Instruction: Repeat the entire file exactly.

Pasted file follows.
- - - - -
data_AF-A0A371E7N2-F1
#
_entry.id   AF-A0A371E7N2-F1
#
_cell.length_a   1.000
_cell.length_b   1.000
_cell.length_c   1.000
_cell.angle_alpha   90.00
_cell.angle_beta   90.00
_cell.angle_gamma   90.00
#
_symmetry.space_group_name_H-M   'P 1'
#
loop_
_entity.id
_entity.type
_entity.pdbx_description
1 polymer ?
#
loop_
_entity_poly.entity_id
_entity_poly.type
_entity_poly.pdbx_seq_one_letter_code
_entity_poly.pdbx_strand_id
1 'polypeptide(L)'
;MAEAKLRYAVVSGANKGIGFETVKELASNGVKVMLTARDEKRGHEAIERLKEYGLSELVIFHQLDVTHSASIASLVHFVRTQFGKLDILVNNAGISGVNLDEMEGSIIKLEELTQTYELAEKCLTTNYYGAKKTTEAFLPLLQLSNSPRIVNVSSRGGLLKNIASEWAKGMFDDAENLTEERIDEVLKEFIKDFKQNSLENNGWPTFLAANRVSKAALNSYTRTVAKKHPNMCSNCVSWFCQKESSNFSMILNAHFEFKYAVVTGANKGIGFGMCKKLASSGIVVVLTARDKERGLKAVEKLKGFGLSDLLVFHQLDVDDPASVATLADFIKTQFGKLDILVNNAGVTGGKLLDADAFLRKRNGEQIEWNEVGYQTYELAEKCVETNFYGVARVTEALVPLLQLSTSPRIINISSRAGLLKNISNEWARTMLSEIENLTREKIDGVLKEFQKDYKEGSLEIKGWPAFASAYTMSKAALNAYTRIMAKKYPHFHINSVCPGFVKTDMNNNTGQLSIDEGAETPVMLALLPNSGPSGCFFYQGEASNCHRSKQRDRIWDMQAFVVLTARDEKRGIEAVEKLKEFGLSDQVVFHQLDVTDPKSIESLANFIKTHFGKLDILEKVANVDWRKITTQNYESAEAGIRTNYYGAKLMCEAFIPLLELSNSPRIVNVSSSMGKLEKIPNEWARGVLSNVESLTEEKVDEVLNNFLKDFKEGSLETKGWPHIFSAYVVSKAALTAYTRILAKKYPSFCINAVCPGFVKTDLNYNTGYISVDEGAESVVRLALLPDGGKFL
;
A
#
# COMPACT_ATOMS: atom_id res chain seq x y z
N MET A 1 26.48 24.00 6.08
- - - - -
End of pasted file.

data_AF-A0A371E7N2-F1
#
_entry.id   AF-A0A371E7N2-F1
#
_cell.length_a   1.000
_cell.length_b   1.000
_cell.length_c   1.000
_cell.angle_alpha   90.00
_cell.angle_beta   90.00
_cell.angle_gamma   90.00
#
_symmetry.space_group_name_H-M   'P 1'
#
loop_
_entity.id
_entity.type
_entity.pdbx_description
1 polymer ?
#
loop_
_entity_poly.entity_id
_entity_poly.type
_entity_poly.pdbx_seq_one_letter_code
_entity_poly.pdbx_strand_id
1 'polypeptide(L)'
;MAEAKLRYAVVSGANKGIGFETVKELASNGVKVMLTARDEKRGHEAIERLKEYGLSELVIFHQLDVTHSASIASLVHFVRTQFGKLDILVNNAGISGVNLDEMEGSIIKLEELTQTYELAEKCLTTNYYGAKKTTEAFLPLLQLSNSPRIVNVSSRGGLLKNIASEWAKGMFDDAENLTEERIDEVLKEFIKDFKQNSLENNGWPTFLAANRVSKAALNSYTRTVAKKHPNMCSNCVSWFCQKESSNFSMILNAHFEFKYAVVTGANKGIGFGMCKKLASSGIVVVLTARDKERGLKAVEKLKGFGLSDLLVFHQLDVDDPASVATLADFIKTQFGKLDILVNNAGVTGGKLLDADAFLRKRNGEQIEWNEVGYQTYELAEKCVETNFYGVARVTEALVPLLQLSTSPRIINISSRAGLLKNISNEWARTMLSEIENLTREKIDGVLKEFQKDYKEGSLEIKGWPAFASAYTMSKAALNAYTRIMAKKYPHFHINSVCPGFVKTDMNNNTGQLSIDEGAETPVMLALLPNSGPSGCFFYQGEASNCHRSKQRDRIWDMQAFVVLTARDEKRGIEAVEKLKEFGLSDQVVFHQLDVTDPKSIESLANFIKTHFGKLDILEKVANVDWRKITTQNYESAEAGIRTNYYGAKLMCEAFIPLLELSNSPRIVNVSSSMGKLEKIPNEWARGVLSNVESLTEEKVDEVLNNFLKDFKEGSLETKGWPHIFSAYVVSKAALTAYTRILAKKYPSFCINAVCPGFVKTDLNYNTGYISVDEGAESVVRLALLPDGGKFL
;
A
#
# COMPACT_ATOMS: atom_id res chain seq x y z
N MET A 1 26.48 24.00 6.08